Karine Roy of the Université de Moncton women's hockey team personifies the definition of student-athlete. 

Playing in her fifth and final year of U Sports eligibility this season, Roy started with the Aigles Bleues program seven years ago. 

The explanation behind her longevity in the sport at the university level is simple – education took priority. 

"Even before I started at university, I knew that studying civil engineering and playing hockey would both require a lot of time and effort," says the Moncton veteran, who leads the team with seven goals and 11 points through the first half of the season. "I thought I could find a balance that would allow me to continue playing the sport that I've always loved." 

Roy was only 17-years-old when she first set foot on campus in Moncton. Like many students, university was her first time living away from home – in her case, Nigadoo, N.B., - a two and a half hour drive away. 

"I realized quickly that with school and sport, I wouldn't have a lot of time to see my family and find that balance," says Roy. "It was a combination of all those things that led me to leave the team. It was one of the most difficult decisions I've had to make." 

"She's not the first (to leave for academics) and I know we will have situations like that in the future, because school comes first," says Denis Ross, long-time head coach at the Université de Moncton. "That was a good decision for her." 

161216_School_comes_first_for_Aigles_Bleues_captain_Karine_Roy_Body.jpg (75 KB)Roy ended up stepping away from the Aigles Bleues after only eight games. Always one to make the best of any situation, she took the opportunity to try out a new sport. Nigadoo holds an annual rowing event during their summer festival, and Roy has completed a 32-kilomtre open-water trek each of the last seven summers 

Although she was enjoying rowing and had her studies under control, Roy was always planning to return to the varsity hockey team. As soon as she left the team in 2009, she increased the number of courses she was taking each semester, getting some of the tougher engineering courses out of the way. She also took summer courses, all with the goal of being able to play with the varsity team later in her university career.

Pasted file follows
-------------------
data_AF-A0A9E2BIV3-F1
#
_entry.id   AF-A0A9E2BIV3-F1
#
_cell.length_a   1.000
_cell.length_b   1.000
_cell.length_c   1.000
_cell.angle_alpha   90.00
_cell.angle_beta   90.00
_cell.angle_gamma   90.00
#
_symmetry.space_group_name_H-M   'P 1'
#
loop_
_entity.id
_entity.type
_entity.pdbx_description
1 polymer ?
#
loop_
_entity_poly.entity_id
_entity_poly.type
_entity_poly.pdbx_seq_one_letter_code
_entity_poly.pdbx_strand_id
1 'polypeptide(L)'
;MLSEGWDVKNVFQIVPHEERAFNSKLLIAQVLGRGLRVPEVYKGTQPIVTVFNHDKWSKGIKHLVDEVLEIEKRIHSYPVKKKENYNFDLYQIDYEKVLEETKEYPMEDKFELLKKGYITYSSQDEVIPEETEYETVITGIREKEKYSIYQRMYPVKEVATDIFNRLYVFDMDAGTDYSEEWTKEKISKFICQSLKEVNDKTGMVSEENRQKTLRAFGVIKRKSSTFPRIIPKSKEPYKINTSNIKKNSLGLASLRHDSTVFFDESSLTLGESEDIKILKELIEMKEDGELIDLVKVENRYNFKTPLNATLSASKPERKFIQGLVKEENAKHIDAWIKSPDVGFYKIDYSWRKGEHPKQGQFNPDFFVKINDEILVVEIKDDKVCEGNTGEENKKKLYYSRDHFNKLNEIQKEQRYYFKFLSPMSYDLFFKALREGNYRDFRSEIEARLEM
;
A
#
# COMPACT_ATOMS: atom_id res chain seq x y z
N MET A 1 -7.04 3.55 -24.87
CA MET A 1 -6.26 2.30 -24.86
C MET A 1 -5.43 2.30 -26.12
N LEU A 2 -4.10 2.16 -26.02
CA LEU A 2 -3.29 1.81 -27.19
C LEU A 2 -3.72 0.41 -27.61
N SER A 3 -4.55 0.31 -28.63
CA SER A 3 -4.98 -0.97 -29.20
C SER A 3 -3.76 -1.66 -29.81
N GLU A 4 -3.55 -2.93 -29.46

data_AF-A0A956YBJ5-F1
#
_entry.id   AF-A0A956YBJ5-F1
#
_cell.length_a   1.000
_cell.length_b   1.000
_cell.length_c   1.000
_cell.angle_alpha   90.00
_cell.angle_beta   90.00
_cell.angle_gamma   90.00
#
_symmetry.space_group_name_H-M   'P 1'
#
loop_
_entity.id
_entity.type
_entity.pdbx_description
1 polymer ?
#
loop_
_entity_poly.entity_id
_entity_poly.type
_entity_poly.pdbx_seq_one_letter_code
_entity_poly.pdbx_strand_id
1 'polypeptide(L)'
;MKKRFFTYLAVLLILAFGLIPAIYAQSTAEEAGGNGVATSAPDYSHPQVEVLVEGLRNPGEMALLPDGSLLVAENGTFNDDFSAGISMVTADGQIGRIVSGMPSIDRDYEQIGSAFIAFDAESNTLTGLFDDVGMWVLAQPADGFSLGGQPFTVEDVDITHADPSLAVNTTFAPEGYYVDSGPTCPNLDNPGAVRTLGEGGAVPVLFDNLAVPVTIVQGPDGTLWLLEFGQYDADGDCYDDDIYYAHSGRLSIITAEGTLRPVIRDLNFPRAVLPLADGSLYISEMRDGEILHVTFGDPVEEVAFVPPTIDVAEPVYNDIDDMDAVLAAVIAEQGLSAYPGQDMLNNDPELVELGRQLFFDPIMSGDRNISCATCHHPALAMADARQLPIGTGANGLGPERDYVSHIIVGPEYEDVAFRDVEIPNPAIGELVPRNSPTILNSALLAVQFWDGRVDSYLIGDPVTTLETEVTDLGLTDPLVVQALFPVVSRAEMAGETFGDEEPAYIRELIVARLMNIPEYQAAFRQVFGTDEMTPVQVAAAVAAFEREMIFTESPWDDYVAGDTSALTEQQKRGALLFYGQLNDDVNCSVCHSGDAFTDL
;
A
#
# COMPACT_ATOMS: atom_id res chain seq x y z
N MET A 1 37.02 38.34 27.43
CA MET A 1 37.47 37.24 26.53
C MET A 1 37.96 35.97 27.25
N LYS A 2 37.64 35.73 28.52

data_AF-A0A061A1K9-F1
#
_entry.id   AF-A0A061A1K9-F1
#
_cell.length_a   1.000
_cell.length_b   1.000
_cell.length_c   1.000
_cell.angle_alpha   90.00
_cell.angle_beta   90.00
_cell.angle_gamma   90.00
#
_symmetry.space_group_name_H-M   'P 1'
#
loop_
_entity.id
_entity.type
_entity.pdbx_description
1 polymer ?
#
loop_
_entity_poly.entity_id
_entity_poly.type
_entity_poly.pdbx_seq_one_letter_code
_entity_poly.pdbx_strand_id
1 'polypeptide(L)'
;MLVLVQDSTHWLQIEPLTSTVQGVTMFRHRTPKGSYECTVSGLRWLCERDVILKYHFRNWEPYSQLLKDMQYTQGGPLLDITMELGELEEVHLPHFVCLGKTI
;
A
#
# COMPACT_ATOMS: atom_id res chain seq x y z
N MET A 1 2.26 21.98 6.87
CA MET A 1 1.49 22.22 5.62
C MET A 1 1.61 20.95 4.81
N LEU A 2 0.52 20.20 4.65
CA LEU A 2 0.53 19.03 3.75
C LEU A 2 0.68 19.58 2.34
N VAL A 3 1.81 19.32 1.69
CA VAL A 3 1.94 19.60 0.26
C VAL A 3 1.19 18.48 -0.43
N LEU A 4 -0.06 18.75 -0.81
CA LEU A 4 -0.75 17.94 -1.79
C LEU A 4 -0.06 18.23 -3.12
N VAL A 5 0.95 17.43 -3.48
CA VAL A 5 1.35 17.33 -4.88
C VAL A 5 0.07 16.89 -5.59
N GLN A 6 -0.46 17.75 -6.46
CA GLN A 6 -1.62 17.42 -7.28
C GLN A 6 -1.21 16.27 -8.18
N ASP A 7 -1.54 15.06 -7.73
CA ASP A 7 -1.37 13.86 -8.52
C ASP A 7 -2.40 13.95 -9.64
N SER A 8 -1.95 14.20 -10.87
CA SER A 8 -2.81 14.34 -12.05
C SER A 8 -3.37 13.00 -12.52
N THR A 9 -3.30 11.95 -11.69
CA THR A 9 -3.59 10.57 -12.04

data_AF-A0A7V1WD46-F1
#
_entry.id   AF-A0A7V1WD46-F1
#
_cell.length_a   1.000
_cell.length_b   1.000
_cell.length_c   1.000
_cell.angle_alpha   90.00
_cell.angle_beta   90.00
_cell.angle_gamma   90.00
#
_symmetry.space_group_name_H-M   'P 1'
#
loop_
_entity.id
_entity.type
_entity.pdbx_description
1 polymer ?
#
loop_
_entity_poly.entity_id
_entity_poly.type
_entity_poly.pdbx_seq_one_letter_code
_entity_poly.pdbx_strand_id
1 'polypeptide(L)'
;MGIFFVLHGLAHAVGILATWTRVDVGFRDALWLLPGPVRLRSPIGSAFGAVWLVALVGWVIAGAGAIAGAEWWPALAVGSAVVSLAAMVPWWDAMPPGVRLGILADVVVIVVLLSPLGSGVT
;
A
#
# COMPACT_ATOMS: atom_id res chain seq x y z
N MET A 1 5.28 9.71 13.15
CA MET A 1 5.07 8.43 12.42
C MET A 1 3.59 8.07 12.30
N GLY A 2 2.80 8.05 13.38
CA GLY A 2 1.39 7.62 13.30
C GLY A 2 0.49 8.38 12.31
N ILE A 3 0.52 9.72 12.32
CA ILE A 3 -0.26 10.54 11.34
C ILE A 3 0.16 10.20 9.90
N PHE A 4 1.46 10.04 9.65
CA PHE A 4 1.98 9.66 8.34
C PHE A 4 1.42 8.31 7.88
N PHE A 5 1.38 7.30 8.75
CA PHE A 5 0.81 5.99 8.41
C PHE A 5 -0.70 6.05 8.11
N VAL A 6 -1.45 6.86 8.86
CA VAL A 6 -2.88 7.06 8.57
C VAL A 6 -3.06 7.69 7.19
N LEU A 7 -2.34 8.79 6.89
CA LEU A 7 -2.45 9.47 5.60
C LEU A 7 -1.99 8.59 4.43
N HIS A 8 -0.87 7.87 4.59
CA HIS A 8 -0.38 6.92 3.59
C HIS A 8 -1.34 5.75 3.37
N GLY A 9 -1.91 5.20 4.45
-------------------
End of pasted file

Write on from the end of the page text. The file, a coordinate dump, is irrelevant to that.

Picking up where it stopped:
Roy's foresight would pay off, as she was able to play six games for the Aigles Bleues in 2012-13. The following year, she appeared in every game during a special season for the program. 

"(It) was like a fairy tale," she says, recalling the 2013-14 season. "At the holiday break, we had one win. Despite the losses, we had incredible team spirit – we really formed a family. Everything changed in the second half of the season, and we only lost once. During the playoffs, our rink was always full and we had chills hearing our fans." 

Moncton won the AUS Championship, with Roy leading the team with four goals in the postseason. At this point, she had completed her degree, but felt that her career wasn't quite over. 

"Experiences like (2013-14) are rare," she says. "My competitive hockey career is going to end after university. At that point, I still had two years of eligibility, and I told myself that I can't miss this opportunity." 

Roy enrolled in Moncton's master's program in the fall of 2015. She hasn't missed a game since rejoining the Aigles Bleues for the second time, and was named the team's captain for the 2016-17 season. 

"Karine leads by example," says Ross. "We have a very young team, so we need a player with her attitude and maturity on the ice. It's not about what she's saying, she just knows what to do and they follow her lead." 

Roy still has the puck from her first goal with the Aigles Bleues, scored on November 29,, 2009. To put the length of her varsity career in perspective, four new programs have joined U Sports women's hockey - at Ryerson, Nipissing, Laurentian and Montreal – over the course of Roy's career with Moncton - and she has noticed considerable improvement in all aspects of the sport. 

"Since I started, not only have the level of talent in the league and the quality of play increased," says Roy. "But people's perception of women's hockey has also improved."